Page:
Here is a graphic that explains why dogs eat feces and how to stop them.

Coprophagia is a common way for deadly diseases and parasites to spread, such as:

When a dog consumes the feces of another dog that has these parasites, they may take in live worms or worm eggs that are still inside their host. The dog with coprophagia will start to exhibit signs of contamination once it consumes these feces. Coprophagic dogs frequently have worms, including some of the following:

In addition to affecting dogs, hookworms can also infect humans and live in the small intestine of the infected animal. Even though hookworms are incredibly small, once they have infected a host animal, they are very challenging to remove.

Since hookworms feed on the animal’s blood and harm the intestinal mucosa, they can cause problems for the infected animal, including anemia. Even though canine hookworms rarely cause human illness, they occasionally do, so it’s crucial to treat a dog with hookworms right away with a dewormer. Learn more about hookworms.

Different animals can harbor tapeworms, which can develop to enormous sizes and starve their hosts. More than a thousand different species of tapeworms lay eggs that are excreted in feces.

Once the tapeworm has established itself in the newly infected dog’s intestines after ingesting the infected dog’s feces, the newly infected dog will start to exhibit symptoms. A veterinarian should treat tapeworm infestation. Learn more about tapeworms.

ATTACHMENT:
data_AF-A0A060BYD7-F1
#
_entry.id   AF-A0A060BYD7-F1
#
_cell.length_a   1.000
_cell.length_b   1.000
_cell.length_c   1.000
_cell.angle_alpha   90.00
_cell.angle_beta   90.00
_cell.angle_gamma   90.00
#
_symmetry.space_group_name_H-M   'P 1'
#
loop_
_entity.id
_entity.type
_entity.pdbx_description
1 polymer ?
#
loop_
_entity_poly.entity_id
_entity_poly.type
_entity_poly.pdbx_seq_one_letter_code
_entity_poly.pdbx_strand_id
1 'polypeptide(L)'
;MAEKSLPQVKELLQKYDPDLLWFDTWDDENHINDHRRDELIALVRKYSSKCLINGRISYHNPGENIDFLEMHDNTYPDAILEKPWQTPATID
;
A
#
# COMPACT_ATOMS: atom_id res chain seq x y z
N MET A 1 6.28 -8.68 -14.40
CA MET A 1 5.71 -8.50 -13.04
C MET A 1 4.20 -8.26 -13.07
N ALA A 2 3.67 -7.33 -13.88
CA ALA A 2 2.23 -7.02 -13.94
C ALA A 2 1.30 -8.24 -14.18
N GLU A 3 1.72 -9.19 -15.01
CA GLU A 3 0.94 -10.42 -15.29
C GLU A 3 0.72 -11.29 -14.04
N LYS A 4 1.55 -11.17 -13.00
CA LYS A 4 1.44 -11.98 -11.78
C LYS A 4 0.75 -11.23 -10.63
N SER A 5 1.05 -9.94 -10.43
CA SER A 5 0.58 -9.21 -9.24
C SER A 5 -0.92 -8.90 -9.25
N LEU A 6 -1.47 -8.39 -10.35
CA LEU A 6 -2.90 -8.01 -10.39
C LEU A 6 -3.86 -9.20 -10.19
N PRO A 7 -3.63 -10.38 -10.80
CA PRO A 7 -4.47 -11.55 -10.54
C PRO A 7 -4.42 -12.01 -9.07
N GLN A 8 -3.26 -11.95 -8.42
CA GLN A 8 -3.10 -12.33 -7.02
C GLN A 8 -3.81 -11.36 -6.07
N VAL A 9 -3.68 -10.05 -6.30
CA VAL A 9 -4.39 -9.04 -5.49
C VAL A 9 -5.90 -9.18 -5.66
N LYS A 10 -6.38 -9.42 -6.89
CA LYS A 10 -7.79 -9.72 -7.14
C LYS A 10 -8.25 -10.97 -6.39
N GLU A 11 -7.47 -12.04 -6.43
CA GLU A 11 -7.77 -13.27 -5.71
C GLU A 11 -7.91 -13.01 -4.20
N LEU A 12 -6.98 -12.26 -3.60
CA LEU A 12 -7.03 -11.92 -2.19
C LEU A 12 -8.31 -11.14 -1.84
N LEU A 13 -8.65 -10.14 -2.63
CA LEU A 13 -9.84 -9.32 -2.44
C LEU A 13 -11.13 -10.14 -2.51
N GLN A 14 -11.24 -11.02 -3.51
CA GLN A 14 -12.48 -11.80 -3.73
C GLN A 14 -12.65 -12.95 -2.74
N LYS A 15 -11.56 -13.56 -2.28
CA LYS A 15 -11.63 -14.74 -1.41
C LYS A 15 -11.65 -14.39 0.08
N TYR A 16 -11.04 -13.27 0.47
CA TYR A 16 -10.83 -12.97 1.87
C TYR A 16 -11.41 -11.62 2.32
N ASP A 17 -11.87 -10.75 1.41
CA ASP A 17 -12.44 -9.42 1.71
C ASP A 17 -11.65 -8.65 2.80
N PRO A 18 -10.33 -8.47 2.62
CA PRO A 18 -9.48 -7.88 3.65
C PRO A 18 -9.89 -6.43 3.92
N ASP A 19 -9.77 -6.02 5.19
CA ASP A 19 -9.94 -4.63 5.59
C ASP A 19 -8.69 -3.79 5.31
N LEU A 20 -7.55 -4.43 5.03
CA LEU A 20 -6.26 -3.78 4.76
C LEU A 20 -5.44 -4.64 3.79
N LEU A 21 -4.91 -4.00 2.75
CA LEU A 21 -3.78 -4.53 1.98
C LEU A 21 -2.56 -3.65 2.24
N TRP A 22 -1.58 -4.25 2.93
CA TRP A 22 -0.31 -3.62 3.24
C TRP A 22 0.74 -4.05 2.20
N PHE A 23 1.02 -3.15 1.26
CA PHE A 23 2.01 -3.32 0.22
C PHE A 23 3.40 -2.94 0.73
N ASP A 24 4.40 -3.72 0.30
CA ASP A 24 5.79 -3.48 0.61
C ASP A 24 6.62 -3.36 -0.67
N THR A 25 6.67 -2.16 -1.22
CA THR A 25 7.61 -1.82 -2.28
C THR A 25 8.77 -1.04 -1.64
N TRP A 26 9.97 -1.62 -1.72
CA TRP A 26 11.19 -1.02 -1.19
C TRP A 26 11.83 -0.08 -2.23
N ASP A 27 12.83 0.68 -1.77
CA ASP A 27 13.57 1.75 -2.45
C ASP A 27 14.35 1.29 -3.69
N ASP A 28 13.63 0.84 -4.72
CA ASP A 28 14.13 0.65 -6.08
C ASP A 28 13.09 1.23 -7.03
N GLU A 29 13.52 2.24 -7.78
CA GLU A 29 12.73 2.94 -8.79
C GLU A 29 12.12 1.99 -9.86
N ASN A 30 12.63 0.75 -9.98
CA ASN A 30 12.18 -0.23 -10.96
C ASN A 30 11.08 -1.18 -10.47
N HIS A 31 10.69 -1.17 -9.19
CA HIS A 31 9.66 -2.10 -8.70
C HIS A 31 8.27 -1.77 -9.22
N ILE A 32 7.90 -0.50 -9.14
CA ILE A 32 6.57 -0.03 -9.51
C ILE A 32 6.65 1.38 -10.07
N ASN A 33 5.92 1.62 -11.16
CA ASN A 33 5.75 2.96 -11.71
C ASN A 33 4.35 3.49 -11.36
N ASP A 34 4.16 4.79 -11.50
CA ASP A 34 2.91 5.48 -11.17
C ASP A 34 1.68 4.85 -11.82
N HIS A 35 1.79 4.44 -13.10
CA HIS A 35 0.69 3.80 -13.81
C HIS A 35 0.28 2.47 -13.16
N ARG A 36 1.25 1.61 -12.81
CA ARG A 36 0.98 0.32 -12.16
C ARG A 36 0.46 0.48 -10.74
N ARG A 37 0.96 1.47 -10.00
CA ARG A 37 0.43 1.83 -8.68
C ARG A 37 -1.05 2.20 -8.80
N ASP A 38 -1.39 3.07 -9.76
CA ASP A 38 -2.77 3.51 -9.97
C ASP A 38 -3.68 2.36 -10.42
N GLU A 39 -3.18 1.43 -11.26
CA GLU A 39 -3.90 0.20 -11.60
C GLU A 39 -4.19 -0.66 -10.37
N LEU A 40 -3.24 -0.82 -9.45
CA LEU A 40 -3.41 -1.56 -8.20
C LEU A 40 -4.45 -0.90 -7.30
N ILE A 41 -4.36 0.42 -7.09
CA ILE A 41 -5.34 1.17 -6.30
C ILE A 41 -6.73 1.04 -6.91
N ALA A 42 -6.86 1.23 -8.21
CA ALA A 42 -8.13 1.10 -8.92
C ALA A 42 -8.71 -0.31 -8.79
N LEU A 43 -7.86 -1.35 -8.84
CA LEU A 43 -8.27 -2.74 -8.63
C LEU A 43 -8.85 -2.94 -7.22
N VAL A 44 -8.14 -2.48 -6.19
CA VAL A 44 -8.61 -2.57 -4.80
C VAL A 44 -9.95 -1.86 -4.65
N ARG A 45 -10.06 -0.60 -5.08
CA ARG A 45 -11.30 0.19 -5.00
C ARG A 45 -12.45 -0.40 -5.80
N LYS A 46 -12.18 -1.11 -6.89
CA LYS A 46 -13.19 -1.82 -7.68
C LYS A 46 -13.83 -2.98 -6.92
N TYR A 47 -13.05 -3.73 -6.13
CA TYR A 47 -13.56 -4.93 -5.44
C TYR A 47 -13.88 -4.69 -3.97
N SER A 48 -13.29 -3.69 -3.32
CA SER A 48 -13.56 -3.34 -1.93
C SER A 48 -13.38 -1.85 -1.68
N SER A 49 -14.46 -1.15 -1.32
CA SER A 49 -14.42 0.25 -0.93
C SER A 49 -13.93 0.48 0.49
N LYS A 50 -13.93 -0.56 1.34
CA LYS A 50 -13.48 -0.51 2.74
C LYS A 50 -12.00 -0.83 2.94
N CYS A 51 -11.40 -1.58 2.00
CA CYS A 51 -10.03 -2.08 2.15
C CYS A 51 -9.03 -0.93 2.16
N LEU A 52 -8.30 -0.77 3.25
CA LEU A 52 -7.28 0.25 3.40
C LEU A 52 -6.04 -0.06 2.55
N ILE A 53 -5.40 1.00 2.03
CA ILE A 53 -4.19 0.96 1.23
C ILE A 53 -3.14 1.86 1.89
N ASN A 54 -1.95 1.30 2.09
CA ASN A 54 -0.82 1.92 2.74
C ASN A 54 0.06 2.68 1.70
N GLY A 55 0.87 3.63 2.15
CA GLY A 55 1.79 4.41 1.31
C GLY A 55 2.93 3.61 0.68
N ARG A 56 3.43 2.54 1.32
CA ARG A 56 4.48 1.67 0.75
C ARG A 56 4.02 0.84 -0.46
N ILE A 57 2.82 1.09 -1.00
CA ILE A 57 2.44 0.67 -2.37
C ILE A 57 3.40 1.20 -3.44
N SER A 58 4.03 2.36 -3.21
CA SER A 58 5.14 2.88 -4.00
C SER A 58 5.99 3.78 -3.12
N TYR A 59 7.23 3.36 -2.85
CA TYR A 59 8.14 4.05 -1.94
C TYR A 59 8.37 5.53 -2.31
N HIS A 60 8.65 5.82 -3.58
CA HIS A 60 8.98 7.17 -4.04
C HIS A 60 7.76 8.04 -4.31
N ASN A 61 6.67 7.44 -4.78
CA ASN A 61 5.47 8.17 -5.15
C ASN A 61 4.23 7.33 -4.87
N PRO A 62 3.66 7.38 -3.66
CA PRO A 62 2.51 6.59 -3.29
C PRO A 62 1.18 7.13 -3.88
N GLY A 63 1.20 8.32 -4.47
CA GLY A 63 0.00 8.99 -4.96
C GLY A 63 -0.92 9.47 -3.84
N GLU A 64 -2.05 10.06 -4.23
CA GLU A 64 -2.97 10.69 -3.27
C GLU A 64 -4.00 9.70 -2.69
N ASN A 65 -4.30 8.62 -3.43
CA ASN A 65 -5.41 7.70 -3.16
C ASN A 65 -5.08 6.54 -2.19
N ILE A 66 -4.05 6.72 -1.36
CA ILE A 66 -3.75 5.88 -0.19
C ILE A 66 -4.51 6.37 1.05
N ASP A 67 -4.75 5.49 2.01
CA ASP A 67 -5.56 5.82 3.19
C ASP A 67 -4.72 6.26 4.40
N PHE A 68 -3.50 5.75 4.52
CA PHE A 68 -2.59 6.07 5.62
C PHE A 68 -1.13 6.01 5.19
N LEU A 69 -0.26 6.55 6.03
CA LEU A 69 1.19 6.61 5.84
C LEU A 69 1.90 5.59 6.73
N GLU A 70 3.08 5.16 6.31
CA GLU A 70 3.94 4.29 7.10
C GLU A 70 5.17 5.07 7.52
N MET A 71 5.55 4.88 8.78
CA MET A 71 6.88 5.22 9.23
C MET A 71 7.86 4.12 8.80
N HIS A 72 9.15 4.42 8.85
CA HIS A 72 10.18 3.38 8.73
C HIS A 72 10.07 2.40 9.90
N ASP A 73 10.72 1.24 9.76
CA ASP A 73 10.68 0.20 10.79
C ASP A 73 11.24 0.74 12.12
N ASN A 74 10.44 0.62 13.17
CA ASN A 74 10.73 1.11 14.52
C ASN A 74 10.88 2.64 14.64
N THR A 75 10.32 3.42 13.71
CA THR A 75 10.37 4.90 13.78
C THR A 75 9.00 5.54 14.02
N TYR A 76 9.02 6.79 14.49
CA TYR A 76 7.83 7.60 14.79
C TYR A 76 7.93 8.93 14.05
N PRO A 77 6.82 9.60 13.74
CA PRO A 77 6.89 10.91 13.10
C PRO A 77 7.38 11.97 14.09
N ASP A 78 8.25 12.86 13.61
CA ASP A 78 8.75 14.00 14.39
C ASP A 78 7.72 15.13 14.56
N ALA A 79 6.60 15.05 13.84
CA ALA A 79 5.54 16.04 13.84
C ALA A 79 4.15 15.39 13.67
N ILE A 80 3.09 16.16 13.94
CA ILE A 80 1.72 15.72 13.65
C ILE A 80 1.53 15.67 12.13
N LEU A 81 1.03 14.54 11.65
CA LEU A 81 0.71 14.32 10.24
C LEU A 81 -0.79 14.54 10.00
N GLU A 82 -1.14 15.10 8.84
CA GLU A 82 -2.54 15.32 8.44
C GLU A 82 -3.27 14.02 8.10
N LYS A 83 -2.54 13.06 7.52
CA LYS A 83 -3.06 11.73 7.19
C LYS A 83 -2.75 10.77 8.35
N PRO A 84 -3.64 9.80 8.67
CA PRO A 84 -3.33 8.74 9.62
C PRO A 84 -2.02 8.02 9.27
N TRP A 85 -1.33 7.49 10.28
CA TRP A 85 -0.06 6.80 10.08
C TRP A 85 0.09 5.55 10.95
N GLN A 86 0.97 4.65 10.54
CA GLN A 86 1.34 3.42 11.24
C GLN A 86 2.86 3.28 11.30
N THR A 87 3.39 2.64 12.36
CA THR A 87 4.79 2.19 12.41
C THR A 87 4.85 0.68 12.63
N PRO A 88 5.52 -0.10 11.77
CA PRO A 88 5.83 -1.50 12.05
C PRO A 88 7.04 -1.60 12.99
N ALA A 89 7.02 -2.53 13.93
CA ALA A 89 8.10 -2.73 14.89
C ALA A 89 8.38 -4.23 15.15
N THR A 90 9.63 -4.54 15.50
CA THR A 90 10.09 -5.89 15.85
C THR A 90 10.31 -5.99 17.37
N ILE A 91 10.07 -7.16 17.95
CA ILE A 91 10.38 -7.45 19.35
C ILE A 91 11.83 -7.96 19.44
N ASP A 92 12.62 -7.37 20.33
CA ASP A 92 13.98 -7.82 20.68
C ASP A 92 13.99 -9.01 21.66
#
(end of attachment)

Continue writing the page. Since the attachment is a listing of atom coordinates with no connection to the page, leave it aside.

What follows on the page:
Another difficult parasite to get rid of is roundworms because they produce a large number of eggs that can remain viable in soil for up to 10 years even after leaving the host. In other words, a dog can get roundworms from eating infected feces or from soil that has been contaminated by those feces. A dewormer that a veterinarian has prescribed should be used to treat roundworms. Learn more about roundworms.

A dog with active parvovirus or a dog that has received effective treatment for parvovirus can transmit the devastating parvovirus disease through their dog’s feces. Many puppies with this disease are diagnosed, but many never make it past the early stages of infection.

Depending on the subtype of the disease, the infected dog’s intestinal or circulatory systems may be negatively impacted by parvovirus, which is extremely contagious. White blood cells and bone marrow are two examples of vital cells that can be quickly destroyed by parvovirus when it attacks rapidly dividing body cells.

Fluids and antibiotics are given as part of the parvovirus infection treatment to eradicate the infection. While most dogs rarely recover from parvovirus, those that do frequently have scar tissue in the organs affected by the virus as a result of their survival.